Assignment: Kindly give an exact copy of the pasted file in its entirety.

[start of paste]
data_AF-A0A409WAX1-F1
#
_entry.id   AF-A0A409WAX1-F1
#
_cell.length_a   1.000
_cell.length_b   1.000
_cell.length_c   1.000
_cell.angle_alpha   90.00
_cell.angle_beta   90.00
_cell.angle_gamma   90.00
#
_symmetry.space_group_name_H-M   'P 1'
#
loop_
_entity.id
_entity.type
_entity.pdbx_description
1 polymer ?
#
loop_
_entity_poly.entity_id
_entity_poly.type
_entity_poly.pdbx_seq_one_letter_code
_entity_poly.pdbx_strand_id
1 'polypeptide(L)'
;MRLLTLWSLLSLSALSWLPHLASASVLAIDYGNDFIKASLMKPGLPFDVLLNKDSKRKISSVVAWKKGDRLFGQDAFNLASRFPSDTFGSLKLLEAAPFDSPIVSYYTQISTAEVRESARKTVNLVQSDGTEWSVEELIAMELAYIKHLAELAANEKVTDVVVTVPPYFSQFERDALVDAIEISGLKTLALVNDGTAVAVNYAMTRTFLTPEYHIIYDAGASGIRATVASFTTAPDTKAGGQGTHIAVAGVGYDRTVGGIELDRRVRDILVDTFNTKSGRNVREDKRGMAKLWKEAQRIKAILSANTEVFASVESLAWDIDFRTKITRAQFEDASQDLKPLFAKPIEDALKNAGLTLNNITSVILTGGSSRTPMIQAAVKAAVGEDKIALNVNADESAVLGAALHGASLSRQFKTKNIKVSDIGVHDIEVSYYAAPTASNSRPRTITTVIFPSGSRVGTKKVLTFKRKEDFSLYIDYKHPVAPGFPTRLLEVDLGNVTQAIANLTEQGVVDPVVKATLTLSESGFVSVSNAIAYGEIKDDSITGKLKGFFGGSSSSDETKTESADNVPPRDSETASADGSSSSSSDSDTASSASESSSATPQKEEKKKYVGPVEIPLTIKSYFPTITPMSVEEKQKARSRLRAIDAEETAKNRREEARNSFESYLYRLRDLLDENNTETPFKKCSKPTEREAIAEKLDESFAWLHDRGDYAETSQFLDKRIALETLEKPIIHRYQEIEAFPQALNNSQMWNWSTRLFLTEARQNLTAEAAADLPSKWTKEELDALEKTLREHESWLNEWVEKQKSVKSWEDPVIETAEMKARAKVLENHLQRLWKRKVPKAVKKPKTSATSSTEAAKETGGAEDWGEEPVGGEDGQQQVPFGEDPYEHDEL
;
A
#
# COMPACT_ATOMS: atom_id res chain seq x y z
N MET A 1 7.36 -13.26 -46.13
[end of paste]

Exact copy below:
data_AF-A0A409WAX1-F1
#
_entry.id   AF-A0A409WAX1-F1
#
_cell.length_a   1.000
_cell.length_b   1.000
_cell.length_c   1.000
_cell.angle_alpha   90.00
_cell.angle_beta   90.00
_cell.angle_gamma   90.00
#
_symmetry.space_group_name_H-M   'P 1'
#
loop_
_entity.id
_entity.type
_entity.pdbx_description
1 polymer ?
#
loop_
_entity_poly.entity_id
_entity_poly.type
_entity_poly.pdbx_seq_one_letter_code
_entity_poly.pdbx_strand_id
1 'polypeptide(L)'
;MRLLTLWSLLSLSALSWLPHLASASVLAIDYGNDFIKASLMKPGLPFDVLLNKDSKRKISSVVAWKKGDRLFGQDAFNLASRFPSDTFGSLKLLEAAPFDSPIVSYYTQISTAEVRESARKTVNLVQSDGTEWSVEELIAMELAYIKHLAELAANEKVTDVVVTVPPYFSQFERDALVDAIEISGLKTLALVNDGTAVAVNYAMTRTFLTPEYHIIYDAGASGIRATVASFTTAPDTKAGGQGTHIAVAGVGYDRTVGGIELDRRVRDILVDTFNTKSGRNVREDKRGMAKLWKEAQRIKAILSANTEVFASVESLAWDIDFRTKITRAQFEDASQDLKPLFAKPIEDALKNAGLTLNNITSVILTGGSSRTPMIQAAVKAAVGEDKIALNVNADESAVLGAALHGASLSRQFKTKNIKVSDIGVHDIEVSYYAAPTASNSRPRTITTVIFPSGSRVGTKKVLTFKRKEDFSLYIDYKHPVAPGFPTRLLEVDLGNVTQAIANLTEQGVVDPVVKATLTLSESGFVSVSNAIAYGEIKDDSITGKLKGFFGGSSSSDETKTESADNVPPRDSETASADGSSSSSSDSDTASSASESSSATPQKEEKKKYVGPVEIPLTIKSYFPTITPMSVEEKQKARSRLRAIDAEETAKNRREEARNSFESYLYRLRDLLDENNTETPFKKCSKPTEREAIAEKLDESFAWLHDRGDYAETSQFLDKRIALETLEKPIIHRYQEIEAFPQALNNSQMWNWSTRLFLTEARQNLTAEAAADLPSKWTKEELDALEKTLREHESWLNEWVEKQKSVKSWEDPVIETAEMKARAKVLENHLQRLWKRKVPKAVKKPKTSATSSTEAAKETGGAEDWGEEPVGGEDGQQQVPFGEDPYEHDEL
;
A
#
# COMPACT_ATOMS: atom_id res chain seq x y z
N MET A 1 7.36 -13.26 -46.13